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Protests and increased terrorist threats mean strict security at the Eurovision Song Contest in Sweden

COPENHAGEN, Denmark (AP) — Security will be tight at the Eurovision Song Contest next month in the southern Swedish city of Malmö, police said Wednesday, citing demonstrations that could lead to unrest and an increased threat of terrorism in the Scandinavian country.

“Security will be tight,” said Petra Stenkula, head of the Malmö police zone, according to Swedish broadcaster TV4.

Pro-Palestinian activists who want Israel out of the Eurovision Song Contest have announced large rallies in the center of Malmö, several kilometers from the Malmo Arena competition venue.

Last year, Sweden raised its terror threat level one notch to ‘high’, the fourth of five levels, for the first time since 2016, amid a deteriorating security situation following the recent burning of the Quran that sparked protests across the Muslim world.

Police said on Wednesday that an application had been submitted to organize a demonstration in Malmö to burn a copy of the Quran before the Eurovision Song Contest.

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There is no law in Sweden that specifically prohibits the burning or desecration of religious texts. Like many Western countries, Sweden has no blasphemy laws.

“Freedom of expression is strong in Sweden,” Stenkula said, according to Malmö newspaper Sydsvenska. “We now have to first assess the submitted application and then see whether it will be approved.”

She told a news conference that the Swedish police will receive reinforcements from all over the country, but also from Norway and Denmark. She did not provide any details.

“We have terror threat level four, so we cannot rid the whole of Sweden of police officers,” Stenkula said during Eurovision.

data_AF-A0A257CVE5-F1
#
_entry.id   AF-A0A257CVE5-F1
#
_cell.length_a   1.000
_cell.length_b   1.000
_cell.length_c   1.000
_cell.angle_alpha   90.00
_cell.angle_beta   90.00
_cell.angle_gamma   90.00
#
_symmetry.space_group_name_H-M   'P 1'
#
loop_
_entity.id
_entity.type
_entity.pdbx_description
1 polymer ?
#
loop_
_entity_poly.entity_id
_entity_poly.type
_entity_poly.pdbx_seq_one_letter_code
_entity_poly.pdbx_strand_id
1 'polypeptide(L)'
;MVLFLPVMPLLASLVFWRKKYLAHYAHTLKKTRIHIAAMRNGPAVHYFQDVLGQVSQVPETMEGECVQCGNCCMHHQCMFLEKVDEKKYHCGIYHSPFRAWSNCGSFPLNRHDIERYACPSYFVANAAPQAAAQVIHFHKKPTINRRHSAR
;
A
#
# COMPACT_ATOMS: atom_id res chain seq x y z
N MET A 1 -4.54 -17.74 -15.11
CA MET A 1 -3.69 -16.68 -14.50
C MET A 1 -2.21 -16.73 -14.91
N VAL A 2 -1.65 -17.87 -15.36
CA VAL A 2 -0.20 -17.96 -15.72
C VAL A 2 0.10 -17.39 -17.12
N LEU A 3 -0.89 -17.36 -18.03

The final on live television is scheduled for May 11, with the semi-finals on May 7 and 9.

Pro-Palestinian activists have planned two major demonstrations to protest Israel’s participation, as the conflict in the Middle East threatens to overshadow the feel-good pop music festival. Activists and some musicians urged the European Broadcasting Union, the event’s organizer, to remove Israel from the event over its policy against Hamas in Gaza, sparked by the militant group’s attack on Israel on October 7 .

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Last week, EBU deputy director general Jean Philip De Tender said the organization understood “the depth of feeling and strong opinions” that this year’s Eurovision Song Contest has provoked, but “resolutely opposes any of online abuse, hate speech or harassment directed at our artists or individuals involved in the competition.”

Launched in 1956 to promote unity after World War II, the Eurovision Song Contest has grown into a campy, feel-good celebration of pop music with an audience of hundreds of millions around the world. It has grown from seven countries to almost forty, including non-European countries such as Israel and Australia.

The organizers strive to keep politics out of the competition, but not always successfully. Russia has been banned since the 2022 invasion of Ukraine.

Sweden won last year’s competition in Liverpool, England, with singer Loreen’s power ballad “Tattoo.” The host country is usually the winner of the previous year’s event.

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Malmö, Sweden’s third largest city, hosted the Eurovision Song Contest in 1992 and 2013.

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Jill Lawless in London contributed to this report.

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